Poetry and Freedom Movement

February 15, 2022

People often talk about poetry as a rarefied, elitist art. And yet it has always been, as poet and activist June Jordan put it, an art “for the people,” as poems have served as revolutionary rallying cries, missives passed between prison cells, anthems for liberation. How do practitioners of the genre think about their own experiences at the intersection of poetry and social movements? What are the relationships between forms on the page and embodied forms of political struggle? Does the practice of poetry lead the poet to seek isolation or to gather in community? Under what conditions can a poem imagine freedom?

The Politics of Literary Practice

Join Jewish Currents for a series of three conversations—on poetry, criticism, and translation—to explore the relationships between politics and literary form. Considering the history and present of the genres in question, participants will discuss the various ways that textual practices structure our imaginations—and how they chart possibilities for reading, thinking, and living otherwise.

Check out the upcoming two events in the series: Criticism as Creative Form and Translation, Migration, Mobilization.

Zaina Alsous is an organizer and popular educator in Miami and the author of A Theory of Birds.

Alexis Pauline Gumbs, PhD is a Black feminist love evangelist and an aspirational cousin to all life and the author of the forthcoming The Eternal Life of Audre Lorde. Alexis is also the author of Undrowned: Black Feminist Lessons of Marine Mammals (AK Press, 2020), Dub: Finding Ceremony (Duke Press, 2020), M Archvie: After the End of the World (Duke Press, 2018) and Spill: Scenes of Black Feminist Fugitivity (Duke Press, 2016). She is also coeditor of Revolutionary Mothering: Love on the Frontlines (PM Press, 2016). Her work has been featured in Best American Experimental Writing, The New Inquiry, Sierra, The Offing, Kweli, Ebony, Southern Cultures and more. Alexis is a 2022 National Endowment for the Arts Fellow and she was a 2020-2021 National Humanities Center Fellow. Alexis is creative writing editor of Feminist Studies, literary advisor for the Ntozake Shange Trust, and the co-creator of the Mobile Homecoming Trust, a living library amplifying generations of Black LGBTQ Brilliance in Durham, NC.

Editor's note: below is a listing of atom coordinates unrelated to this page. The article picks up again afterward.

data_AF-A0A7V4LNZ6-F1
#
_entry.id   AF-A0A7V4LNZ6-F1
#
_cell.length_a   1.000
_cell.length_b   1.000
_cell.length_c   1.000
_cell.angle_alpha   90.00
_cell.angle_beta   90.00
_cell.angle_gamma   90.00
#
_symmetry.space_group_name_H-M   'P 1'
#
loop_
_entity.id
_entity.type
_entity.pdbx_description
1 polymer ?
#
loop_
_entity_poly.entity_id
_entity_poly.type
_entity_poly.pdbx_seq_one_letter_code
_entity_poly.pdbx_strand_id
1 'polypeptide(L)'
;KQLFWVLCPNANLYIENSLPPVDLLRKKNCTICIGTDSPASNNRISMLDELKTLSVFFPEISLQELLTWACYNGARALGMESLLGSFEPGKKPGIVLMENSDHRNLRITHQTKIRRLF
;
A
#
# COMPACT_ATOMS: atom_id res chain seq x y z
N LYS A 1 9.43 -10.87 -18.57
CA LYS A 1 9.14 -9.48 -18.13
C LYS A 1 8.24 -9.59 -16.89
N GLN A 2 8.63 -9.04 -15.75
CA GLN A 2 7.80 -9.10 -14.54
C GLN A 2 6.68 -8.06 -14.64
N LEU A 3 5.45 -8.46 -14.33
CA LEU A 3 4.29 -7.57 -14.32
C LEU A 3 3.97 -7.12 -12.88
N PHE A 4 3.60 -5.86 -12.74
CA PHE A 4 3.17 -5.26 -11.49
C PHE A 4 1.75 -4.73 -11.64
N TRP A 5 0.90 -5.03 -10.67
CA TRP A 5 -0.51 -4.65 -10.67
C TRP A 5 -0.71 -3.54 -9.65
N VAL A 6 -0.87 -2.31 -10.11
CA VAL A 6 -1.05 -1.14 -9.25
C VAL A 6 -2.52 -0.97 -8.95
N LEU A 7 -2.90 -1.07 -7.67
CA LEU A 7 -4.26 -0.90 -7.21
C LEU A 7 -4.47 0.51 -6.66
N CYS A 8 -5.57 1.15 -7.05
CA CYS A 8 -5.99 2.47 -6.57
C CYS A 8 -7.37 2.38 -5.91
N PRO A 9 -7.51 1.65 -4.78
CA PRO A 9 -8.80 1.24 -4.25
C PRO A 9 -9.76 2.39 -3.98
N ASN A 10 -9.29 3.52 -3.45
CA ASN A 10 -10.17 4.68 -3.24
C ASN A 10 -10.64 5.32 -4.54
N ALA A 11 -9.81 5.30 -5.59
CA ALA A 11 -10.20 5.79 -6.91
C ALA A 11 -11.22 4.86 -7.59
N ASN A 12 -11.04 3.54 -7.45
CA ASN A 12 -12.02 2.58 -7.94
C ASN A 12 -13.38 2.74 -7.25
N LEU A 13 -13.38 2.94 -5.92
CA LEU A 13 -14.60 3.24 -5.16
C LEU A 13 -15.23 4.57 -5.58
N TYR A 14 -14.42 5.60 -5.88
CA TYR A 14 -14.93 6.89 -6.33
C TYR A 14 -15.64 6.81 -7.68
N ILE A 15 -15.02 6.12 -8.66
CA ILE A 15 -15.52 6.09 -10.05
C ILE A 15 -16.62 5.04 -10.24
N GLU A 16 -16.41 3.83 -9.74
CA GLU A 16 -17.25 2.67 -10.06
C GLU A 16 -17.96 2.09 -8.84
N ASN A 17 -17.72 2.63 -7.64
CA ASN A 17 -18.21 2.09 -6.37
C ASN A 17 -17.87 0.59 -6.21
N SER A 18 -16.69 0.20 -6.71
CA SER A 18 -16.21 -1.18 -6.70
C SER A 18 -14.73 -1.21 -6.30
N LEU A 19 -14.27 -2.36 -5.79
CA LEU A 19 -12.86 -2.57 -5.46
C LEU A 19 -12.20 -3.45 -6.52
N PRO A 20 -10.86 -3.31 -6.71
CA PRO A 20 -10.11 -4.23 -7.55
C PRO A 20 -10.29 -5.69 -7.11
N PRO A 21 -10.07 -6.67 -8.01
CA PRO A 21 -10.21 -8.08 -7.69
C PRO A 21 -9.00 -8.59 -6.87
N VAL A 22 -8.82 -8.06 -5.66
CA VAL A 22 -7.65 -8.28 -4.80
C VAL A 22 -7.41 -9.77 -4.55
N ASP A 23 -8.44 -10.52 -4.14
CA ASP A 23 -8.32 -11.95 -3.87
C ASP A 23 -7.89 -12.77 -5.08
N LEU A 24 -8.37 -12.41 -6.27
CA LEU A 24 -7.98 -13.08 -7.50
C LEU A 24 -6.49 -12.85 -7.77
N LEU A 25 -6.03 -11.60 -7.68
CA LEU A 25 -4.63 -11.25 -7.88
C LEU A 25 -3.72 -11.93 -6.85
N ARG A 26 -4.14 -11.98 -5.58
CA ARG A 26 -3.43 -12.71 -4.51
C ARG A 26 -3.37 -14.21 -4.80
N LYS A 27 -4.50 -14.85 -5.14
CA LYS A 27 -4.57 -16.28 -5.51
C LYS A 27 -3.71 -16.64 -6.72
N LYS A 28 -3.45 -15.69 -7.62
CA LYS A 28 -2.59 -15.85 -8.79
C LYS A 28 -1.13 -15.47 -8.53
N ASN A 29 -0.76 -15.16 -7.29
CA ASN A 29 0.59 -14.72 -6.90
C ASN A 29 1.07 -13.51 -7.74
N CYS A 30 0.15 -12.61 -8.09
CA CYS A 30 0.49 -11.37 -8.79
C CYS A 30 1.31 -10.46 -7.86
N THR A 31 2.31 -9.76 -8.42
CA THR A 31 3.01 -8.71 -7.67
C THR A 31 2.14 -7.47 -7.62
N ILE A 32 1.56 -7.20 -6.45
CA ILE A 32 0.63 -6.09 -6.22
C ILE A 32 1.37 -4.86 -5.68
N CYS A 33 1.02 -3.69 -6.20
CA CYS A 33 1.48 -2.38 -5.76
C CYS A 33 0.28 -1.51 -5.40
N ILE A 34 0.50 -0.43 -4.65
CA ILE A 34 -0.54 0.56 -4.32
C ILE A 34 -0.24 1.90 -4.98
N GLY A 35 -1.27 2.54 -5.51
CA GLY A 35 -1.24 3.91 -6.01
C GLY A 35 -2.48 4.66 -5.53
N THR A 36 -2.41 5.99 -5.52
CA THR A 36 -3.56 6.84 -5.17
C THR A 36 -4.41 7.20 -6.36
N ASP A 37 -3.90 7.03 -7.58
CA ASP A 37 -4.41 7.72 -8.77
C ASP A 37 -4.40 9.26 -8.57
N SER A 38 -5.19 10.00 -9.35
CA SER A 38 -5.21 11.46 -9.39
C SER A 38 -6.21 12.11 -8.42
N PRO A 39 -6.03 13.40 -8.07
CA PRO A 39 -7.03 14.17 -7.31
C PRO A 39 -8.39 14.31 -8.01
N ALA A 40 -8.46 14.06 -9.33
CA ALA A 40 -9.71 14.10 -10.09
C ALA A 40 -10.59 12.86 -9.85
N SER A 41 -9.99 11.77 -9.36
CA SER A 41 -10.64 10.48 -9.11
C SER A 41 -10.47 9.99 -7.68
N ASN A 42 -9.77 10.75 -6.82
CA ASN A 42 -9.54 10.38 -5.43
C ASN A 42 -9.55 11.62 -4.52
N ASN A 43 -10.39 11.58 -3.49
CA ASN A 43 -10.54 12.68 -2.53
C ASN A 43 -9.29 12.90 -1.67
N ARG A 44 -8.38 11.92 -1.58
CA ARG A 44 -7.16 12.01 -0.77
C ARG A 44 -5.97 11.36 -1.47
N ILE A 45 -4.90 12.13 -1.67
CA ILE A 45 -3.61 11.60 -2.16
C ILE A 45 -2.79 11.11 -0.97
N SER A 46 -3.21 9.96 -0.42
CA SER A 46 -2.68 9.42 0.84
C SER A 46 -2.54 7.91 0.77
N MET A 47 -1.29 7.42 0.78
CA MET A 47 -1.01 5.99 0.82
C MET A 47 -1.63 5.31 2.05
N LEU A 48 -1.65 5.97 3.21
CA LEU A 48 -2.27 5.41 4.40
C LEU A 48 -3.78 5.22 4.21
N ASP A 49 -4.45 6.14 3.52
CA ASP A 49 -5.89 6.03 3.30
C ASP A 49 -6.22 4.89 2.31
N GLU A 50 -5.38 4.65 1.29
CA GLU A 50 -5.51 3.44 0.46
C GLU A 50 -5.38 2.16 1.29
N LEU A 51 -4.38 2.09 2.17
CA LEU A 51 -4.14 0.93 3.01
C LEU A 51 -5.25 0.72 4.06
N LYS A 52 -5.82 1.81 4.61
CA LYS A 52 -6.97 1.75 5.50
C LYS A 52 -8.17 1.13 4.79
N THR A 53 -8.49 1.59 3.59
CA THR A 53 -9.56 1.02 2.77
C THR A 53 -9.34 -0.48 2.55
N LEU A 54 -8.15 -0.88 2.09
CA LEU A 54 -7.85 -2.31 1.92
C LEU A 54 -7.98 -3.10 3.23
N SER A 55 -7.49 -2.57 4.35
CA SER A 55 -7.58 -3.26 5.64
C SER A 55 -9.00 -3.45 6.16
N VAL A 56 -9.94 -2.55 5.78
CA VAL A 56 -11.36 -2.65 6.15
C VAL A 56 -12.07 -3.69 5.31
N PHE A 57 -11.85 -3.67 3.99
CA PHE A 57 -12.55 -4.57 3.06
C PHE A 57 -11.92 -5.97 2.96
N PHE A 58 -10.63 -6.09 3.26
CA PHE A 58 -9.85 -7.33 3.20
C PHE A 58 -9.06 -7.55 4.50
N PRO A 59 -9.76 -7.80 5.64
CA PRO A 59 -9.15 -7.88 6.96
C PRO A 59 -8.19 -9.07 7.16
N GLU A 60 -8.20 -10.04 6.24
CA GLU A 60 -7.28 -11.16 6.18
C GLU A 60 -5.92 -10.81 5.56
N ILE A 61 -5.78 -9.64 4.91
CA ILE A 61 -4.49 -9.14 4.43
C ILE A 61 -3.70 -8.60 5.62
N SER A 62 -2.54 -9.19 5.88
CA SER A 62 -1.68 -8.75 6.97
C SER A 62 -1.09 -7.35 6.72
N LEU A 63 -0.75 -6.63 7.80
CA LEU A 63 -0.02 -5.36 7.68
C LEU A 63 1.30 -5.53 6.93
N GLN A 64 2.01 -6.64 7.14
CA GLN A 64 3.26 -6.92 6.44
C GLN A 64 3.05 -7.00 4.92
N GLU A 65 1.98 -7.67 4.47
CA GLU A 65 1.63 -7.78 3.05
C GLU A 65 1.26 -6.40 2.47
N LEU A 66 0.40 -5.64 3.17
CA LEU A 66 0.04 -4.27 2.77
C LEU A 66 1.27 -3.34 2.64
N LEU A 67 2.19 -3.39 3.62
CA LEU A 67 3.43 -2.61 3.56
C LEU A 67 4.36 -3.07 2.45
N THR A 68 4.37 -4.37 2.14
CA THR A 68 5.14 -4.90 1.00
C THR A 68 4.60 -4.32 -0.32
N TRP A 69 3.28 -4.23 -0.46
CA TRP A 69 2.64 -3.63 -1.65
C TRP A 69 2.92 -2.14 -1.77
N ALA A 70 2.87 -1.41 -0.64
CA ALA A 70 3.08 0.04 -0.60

Momtaza Mehri is a poet, essayist and independent researcher. Her latest pamphlet, Doing the Most with the Least, was published by Goldsmiths Press.

Claire Schwartz is the author of the forthcoming poetry collection Civil Service (Graywolf Press, 2022) and the culture editor of Jewish Currents.